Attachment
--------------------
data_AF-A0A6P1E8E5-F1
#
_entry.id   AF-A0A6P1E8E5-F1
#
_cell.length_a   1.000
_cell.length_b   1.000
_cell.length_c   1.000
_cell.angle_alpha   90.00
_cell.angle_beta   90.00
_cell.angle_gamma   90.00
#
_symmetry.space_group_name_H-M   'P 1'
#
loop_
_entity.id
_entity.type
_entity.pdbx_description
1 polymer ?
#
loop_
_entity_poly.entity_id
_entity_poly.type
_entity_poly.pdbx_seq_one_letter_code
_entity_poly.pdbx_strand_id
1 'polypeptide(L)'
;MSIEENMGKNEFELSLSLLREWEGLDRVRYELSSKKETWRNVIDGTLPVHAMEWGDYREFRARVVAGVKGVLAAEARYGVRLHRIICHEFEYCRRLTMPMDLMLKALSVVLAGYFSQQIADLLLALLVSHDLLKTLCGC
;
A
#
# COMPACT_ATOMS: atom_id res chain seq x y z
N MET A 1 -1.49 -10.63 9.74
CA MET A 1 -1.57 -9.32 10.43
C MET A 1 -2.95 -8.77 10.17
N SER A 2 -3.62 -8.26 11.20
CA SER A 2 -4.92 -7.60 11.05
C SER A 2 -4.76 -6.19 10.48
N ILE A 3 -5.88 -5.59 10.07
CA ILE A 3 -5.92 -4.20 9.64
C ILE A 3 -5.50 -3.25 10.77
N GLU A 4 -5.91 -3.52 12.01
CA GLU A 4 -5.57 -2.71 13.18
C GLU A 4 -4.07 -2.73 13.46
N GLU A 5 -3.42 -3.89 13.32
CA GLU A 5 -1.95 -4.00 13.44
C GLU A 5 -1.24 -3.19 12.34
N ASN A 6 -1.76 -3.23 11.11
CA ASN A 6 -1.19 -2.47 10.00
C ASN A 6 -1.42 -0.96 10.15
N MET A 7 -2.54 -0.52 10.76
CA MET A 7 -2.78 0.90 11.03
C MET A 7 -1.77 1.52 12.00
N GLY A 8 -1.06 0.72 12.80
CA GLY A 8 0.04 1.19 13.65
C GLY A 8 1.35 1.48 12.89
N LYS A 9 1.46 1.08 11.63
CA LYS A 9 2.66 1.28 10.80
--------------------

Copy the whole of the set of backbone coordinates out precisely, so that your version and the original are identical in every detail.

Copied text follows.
data_AF-A0A6P1E8E5-F1
#
_entry.id   AF-A0A6P1E8E5-F1
#
_cell.length_a   1.000
_cell.length_b   1.000
_cell.length_c   1.000
_cell.angle_alpha   90.00
_cell.angle_beta   90.00
_cell.angle_gamma   90.00
#
_symmetry.space_group_name_H-M   'P 1'
#
loop_
_entity.id
_entity.type
_entity.pdbx_description
1 polymer ?
#
loop_
_entity_poly.entity_id
_entity_poly.type
_entity_poly.pdbx_seq_one_letter_code
_entity_poly.pdbx_strand_id
1 'polypeptide(L)'
;MSIEENMGKNEFELSLSLLREWEGLDRVRYELSSKKETWRNVIDGTLPVHAMEWGDYREFRARVVAGVKGVLAAEARYGVRLHRIICHEFEYCRRLTMPMDLMLKALSVVLAGYFSQQIADLLLALLVSHDLLKTLCGC
;
A
#
# COMPACT_ATOMS: atom_id res chain seq x y z
N MET A 1 -1.49 -10.63 9.74
CA MET A 1 -1.57 -9.32 10.43
C MET A 1 -2.95 -8.77 10.17
N SER A 2 -3.62 -8.26 11.20
CA SER A 2 -4.92 -7.60 11.05
C SER A 2 -4.76 -6.19 10.48
N ILE A 3 -5.88 -5.59 10.07
CA ILE A 3 -5.92 -4.20 9.64
C ILE A 3 -5.50 -3.25 10.77
N GLU A 4 -5.91 -3.52 12.01
CA GLU A 4 -5.57 -2.71 13.18
C GLU A 4 -4.07 -2.73 13.46
N GLU A 5 -3.42 -3.89 13.32
CA GLU A 5 -1.95 -4.00 13.44
C GLU A 5 -1.24 -3.19 12.34
N ASN A 6 -1.76 -3.23 11.11
CA ASN A 6 -1.19 -2.47 10.00
C ASN A 6 -1.42 -0.96 10.15
N MET A 7 -2.54 -0.52 10.76
CA MET A 7 -2.78 0.90 11.03
C MET A 7 -1.77 1.52 12.00
N GLY A 8 -1.06 0.72 12.80
CA GLY A 8 0.04 1.19 13.65
C GLY A 8 1.35 1.48 12.89
N LYS A 9 1.46 1.08 11.63
CA LYS A 9 2.66 1.28 10.80